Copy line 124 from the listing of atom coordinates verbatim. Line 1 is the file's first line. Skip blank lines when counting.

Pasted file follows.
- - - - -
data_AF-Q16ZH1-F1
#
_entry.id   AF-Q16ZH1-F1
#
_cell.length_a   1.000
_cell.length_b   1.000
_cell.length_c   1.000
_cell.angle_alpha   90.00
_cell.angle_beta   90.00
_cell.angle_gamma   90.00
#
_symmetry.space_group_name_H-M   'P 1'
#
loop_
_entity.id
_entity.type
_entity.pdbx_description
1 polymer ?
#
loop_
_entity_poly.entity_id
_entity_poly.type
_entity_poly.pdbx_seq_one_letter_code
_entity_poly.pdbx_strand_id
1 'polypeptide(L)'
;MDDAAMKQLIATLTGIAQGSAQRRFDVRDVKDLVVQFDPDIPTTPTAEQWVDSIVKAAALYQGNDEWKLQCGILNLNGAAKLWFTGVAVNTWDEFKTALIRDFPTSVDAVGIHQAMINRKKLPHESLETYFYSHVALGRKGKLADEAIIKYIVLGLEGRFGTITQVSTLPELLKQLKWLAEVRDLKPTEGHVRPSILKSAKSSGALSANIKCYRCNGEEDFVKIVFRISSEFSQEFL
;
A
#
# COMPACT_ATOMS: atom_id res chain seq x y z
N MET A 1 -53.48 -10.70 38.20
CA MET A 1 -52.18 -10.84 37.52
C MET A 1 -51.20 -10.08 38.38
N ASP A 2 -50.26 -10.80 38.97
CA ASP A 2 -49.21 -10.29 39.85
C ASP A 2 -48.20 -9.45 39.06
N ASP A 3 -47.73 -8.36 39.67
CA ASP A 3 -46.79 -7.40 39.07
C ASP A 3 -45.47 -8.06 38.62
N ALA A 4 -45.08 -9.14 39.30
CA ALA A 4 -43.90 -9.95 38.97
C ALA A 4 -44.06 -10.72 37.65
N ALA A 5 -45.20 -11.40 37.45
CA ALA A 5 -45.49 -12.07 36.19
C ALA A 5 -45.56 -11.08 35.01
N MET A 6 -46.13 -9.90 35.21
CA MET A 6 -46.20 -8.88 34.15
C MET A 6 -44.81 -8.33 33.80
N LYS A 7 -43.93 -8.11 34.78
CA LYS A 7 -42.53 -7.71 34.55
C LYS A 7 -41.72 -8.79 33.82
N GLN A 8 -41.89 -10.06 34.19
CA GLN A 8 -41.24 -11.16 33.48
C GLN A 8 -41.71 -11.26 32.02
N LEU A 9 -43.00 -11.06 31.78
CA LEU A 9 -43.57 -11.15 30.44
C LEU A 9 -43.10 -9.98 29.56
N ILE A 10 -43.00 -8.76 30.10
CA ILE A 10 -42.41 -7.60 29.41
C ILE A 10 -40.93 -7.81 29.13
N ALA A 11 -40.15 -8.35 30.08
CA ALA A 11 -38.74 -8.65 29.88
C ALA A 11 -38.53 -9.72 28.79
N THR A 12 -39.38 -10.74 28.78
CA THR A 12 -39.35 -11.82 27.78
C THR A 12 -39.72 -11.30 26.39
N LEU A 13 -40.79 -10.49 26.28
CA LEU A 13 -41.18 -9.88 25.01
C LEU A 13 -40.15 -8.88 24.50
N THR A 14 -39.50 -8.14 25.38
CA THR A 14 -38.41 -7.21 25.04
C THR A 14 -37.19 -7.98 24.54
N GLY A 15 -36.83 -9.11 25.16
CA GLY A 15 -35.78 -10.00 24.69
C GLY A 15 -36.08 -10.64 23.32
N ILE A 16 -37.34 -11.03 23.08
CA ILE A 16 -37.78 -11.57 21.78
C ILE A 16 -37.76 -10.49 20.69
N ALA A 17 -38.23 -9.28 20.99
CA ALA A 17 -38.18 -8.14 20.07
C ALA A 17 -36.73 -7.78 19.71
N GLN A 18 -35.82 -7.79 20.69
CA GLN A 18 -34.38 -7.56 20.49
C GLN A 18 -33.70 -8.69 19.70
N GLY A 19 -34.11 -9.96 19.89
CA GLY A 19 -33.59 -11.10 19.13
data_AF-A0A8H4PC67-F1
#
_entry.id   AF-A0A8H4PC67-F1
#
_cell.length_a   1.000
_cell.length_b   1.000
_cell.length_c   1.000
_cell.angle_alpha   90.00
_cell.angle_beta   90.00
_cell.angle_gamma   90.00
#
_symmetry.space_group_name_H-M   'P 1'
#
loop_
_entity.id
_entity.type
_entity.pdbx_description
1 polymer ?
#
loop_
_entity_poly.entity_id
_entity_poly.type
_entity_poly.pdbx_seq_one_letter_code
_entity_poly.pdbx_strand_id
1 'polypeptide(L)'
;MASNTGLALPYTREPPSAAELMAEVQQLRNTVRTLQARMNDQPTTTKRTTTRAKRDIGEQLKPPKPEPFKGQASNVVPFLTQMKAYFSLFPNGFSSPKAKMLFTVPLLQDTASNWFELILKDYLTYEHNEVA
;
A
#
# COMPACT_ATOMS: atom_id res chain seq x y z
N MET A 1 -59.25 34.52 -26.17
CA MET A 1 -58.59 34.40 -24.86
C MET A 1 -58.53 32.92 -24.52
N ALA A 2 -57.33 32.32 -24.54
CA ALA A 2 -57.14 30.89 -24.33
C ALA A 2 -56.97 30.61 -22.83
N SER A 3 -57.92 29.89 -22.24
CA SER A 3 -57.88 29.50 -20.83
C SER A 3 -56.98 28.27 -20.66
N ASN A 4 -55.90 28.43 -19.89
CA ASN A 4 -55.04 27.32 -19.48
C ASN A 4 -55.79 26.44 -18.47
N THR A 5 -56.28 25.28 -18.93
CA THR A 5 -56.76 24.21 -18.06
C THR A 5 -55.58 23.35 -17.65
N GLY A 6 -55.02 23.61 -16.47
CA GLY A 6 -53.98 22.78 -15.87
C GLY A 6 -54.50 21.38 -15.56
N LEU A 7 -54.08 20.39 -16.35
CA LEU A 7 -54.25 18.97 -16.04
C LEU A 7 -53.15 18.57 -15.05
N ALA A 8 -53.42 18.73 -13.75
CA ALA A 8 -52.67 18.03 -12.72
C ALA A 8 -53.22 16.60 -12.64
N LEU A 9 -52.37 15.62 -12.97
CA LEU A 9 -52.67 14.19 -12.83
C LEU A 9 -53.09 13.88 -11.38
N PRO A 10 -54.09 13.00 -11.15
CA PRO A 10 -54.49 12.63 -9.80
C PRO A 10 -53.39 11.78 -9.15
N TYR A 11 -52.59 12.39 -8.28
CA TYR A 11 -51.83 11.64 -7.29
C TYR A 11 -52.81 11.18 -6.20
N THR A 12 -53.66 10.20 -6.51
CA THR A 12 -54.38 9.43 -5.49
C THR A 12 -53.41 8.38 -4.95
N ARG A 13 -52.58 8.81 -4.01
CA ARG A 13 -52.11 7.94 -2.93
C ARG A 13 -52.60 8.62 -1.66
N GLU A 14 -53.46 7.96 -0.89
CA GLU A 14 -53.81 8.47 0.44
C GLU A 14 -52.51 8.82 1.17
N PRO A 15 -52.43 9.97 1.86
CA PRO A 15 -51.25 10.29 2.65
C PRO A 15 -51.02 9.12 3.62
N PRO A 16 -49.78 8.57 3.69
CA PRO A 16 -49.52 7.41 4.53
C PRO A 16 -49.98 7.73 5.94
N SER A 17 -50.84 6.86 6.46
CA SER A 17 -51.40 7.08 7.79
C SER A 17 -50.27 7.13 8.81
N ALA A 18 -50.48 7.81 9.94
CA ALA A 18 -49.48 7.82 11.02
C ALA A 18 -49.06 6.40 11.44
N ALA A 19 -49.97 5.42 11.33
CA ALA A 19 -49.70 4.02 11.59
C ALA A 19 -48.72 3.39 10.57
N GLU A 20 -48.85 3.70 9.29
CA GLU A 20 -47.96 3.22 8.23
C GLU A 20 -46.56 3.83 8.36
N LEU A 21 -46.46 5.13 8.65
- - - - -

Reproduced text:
CA SER A 3 -57.88 29.50 -20.83